Arsenal edged passed Crystal Palace on Saturday, Arsene Wenger seemed to will his players over the line, and it wasn’t quite comfortable until the 90th minute.
At 1-0 the game seemed to be going forever, and it was one of the tensest games I’ve ever watched in my life.
Giroud managed to break his Premier League goal drought (which had lasted a devastating four games) to secure the three points, and maintain Arsenal’s two-point lead at the Premier League summit.
So how did the team, that sat one place from bottom before kick-off, with three points from eight (now nine) games, manage to keep the Premier League leaders so quiet for so long?
Matthieu Flamini’s influence and importance for the Arsenal side was highlighted again (after the defeat to Borussia Dortmund in the Champions League midweek) as Arsenal seemed to be weak through the middle without him.
Before going off eight minutes into the match, Flamini had already recovered possession twice and made one successful tackle. He also had a 100 per cent pass success rate.
One might say that in eight minutes it’s easy to not put a foot wrong, but the statistics tell a different story: in the same time, Marouane Chamakh had already misplaced two passes, and all four of Arsenal’s other midfielders (Arteta, Ozil, Ramsey and Cazorla – generally considered the more stylish and forward thinking players in Arsenal’s midfield) had misplaced one.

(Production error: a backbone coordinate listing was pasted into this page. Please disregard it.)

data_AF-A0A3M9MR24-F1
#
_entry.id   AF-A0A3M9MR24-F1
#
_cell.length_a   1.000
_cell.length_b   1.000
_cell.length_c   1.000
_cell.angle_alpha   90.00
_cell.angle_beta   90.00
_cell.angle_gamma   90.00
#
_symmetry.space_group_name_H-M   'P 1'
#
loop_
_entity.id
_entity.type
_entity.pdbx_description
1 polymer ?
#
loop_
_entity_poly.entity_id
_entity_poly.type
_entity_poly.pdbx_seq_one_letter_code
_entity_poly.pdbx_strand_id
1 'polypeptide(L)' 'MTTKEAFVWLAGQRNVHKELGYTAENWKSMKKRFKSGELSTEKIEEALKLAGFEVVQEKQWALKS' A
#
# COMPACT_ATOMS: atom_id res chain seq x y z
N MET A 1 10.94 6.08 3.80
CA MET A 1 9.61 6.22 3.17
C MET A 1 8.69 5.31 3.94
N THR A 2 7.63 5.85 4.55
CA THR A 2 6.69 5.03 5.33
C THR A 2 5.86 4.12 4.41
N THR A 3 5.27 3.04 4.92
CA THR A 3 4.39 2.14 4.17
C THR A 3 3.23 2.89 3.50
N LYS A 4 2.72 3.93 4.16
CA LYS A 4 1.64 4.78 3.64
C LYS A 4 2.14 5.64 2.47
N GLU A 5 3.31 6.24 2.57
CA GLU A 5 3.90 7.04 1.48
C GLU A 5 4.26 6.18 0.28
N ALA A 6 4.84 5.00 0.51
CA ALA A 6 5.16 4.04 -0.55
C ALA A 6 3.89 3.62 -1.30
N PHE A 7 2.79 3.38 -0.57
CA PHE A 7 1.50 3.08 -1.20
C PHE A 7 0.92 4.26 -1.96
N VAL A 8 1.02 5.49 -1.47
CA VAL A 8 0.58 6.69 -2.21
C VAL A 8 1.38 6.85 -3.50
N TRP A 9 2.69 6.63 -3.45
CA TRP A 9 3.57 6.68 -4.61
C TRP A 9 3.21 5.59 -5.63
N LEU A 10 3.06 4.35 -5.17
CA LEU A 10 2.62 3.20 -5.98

What’s more is that six of Flamini’s ten passes were forward. Arsenal have to hope that Flamini will be back soon.
This week he would have had the midweek off anyway, given Arsene Wenger’s preference to play a youthful side for the League Cup, but Arsenal are going to want him to be fit for the month ahead with Liverpool, Manchester United and Dortmund to play in November.
To say that Arsenal looked disorientated without the combative Frenchman in this game is an understatement. However, that doesn’t tell the whole story: Crystal Palace played their hearts out.
In the first half Palace managed to stifle the attacking threat, to the point where in the first half Arsenal were reduced to four shots, while managing to get seven away themselves. Arsenal’s goal led a charmed life in the first half, Chamakh seemed to put it straight at Wojciech Szczesny, and Barry Bannan was unlucky to not have his shots on target, because, truth be told, the Arsenal shot stopper was well and truly beaten.